So how does this reaction work?

Let’s get familiar with a VERY important mechanism called “addition” (sometimes called, “1,2-addition”). This is by far the most important reaction of the carbonyl group, and if you give yourself a dollar for every time you will see variations of it in Org 2, you can buy yourself a vacation to Hawaii by the end of the semester. Not really, but almost.


Note that this reaction also forms an “alkoxide”. In order to obtain our neutral alcohol product at the end, we must perform a “workup” (“quench”) with a source of acid, forming O-H.

3. Reaction of Grignard Reagents With Esters

Esters are close relatives of aldehydes and ketones: they consist of a carbonyl group directly attached to an OR group. As you might expect, they react with Grignards in a similar fashion to aldehydes and ketones: with formation of a new C-C bond and breakage of a C-O (pi bond).

However, there’s a twist with the reaction of esters that isn’t present with aldehydes and ketones. Look carefully: what’s different?


Note that in both cases we added two equivalents of our Grignard reagent to the ester, forming a tertiary alcohol.

Wait a minute – how did this happen?!

This reaction incorporates the second most important mechanism of carbonyls (next to “addition”), namely, “elimination“. In fact “elimination” is the exact reverse of “addition” ! Let’s walk through it. There are 4 steps.

  • In the first step,  the Grignard performs an addition reaction on the ester, forming C-C and breaking C-O (pi), giving us an intermediate with a negatively charged oxygen. We’ve seen this type of reaction before in the addition of Grignards to aldehydes and ketones.
  • Now comes the new step: elimination (sometimes, “1,2 elimination”). This intermediate has a reasonably good leaving group (OCH2CH3 in the case below). What happens next is reformation of the C-O pi bond with expulsion of the leaving group (CH3CH2O in the case below). In other words, we form C–O π and break a C–O single bond.  The new product is a ketone.

[Why might “elimination” happen for esters but not for aldehydes or ketones? Because we are expelling only a moderately strong base (RO) as compared with the extremely strong bases H or R (which would be the leaving groups were this to happen with aldehydes or ketones)]. You can think of “basicity” as a proxy for “stability”. Alkoxides, which are expelled in this elimination reaction, are reasonably stable by themselves. Hydrides and most carbanions are more than 1025 more unstable. Plus, the elimination reaction begins with an alkoxide intermediate. We are essentially just swapping one alkoxide for another.   [Note 1] ]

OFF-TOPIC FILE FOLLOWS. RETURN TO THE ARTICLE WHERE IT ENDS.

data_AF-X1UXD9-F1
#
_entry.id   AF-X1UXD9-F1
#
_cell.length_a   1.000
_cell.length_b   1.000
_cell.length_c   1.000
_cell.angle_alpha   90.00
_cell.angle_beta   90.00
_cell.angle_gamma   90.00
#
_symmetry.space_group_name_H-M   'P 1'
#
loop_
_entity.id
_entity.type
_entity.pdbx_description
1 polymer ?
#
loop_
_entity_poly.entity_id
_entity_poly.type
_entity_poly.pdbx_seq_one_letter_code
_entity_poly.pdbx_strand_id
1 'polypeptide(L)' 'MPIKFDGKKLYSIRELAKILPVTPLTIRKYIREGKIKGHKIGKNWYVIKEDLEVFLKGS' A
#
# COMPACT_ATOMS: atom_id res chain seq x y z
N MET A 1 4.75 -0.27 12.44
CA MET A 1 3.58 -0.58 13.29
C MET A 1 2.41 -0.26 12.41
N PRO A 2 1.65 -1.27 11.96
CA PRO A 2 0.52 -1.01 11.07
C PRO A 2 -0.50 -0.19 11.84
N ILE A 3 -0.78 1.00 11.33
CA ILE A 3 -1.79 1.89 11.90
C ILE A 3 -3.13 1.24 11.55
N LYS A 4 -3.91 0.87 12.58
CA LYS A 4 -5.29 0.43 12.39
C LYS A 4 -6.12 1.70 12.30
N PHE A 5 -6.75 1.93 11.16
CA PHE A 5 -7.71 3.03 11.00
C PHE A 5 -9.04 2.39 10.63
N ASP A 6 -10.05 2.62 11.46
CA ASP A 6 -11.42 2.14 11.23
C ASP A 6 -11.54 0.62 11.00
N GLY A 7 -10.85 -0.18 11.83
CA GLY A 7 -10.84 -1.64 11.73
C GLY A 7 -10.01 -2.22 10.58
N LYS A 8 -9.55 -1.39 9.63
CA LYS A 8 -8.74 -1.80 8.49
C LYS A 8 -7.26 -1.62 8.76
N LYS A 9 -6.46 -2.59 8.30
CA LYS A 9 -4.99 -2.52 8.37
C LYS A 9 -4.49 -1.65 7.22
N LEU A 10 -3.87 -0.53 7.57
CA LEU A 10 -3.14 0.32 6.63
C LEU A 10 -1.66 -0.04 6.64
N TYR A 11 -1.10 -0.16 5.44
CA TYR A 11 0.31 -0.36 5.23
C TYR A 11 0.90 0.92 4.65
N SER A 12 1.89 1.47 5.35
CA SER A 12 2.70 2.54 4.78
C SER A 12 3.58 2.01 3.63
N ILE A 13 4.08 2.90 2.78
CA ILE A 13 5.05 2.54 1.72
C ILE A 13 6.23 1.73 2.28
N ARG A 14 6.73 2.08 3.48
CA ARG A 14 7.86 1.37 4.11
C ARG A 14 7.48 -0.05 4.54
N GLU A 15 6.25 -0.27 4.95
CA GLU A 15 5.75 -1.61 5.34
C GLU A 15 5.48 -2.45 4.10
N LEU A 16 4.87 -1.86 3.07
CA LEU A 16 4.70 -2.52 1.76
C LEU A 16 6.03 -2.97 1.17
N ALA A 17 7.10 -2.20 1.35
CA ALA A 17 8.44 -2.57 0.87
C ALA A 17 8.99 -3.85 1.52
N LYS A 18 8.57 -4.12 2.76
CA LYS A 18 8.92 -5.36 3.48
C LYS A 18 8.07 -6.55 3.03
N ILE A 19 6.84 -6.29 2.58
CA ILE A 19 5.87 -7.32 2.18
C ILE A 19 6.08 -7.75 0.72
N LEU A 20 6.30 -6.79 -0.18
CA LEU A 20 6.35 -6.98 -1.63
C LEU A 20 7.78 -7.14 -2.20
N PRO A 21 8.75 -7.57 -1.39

• But wait! There’s more! After Step 2, we have a new ketone. As we’ve seen before, Grignards will react quickly with ketones in yet another addition reaction [Step 3]. Here, as in Step 1, we form C–C and break C–O (pi). The result is a tertiary alkoxide (the conjugate base of a tertiary alcohol).

[Wait, you might ask. If we just use one equivalent of Grignard reagent, is it possible to get the reaction to stop at the ketone stage? The short answer is “no”. [See note 3 for the long answer]]

  • Finally, protonation of this tertiary alkoxide yields the tertiary alcohol (Step 4). 

Here’s the graphical walkthrough:

5-ester mech

That does it for the key reactions of Grignard reagents you’ll see in most Org 1 and Org 2 courses.

In the next post we’ll talk about yet another way to screw up formation of Grignard reagents, and it involves the reactions in this post.

Next Post: Protecting Groups In Grignard Reactions


Note 1: Although alkoxides (RO, the conjugate base of alcohols, pKa 16-18) are not on anyone’s list of Great Leaving Groups, they are some 25 orders of magnitude better leaving groups than hydrides (H–, the conjugate base of hydrogen, pKa 40) and more than 30 orders of magnitude better than alkyl groups (R- , the conjugate base of alkanes, pKa 50). Thus, when the alkoxide intermediate is formed in Step 1, there is not any deep energetic penalty for the C-O pi bond to reform and for RO- to be expelled: after all, we are simply replacing a strong base (the O- ) with one of comparable basicity.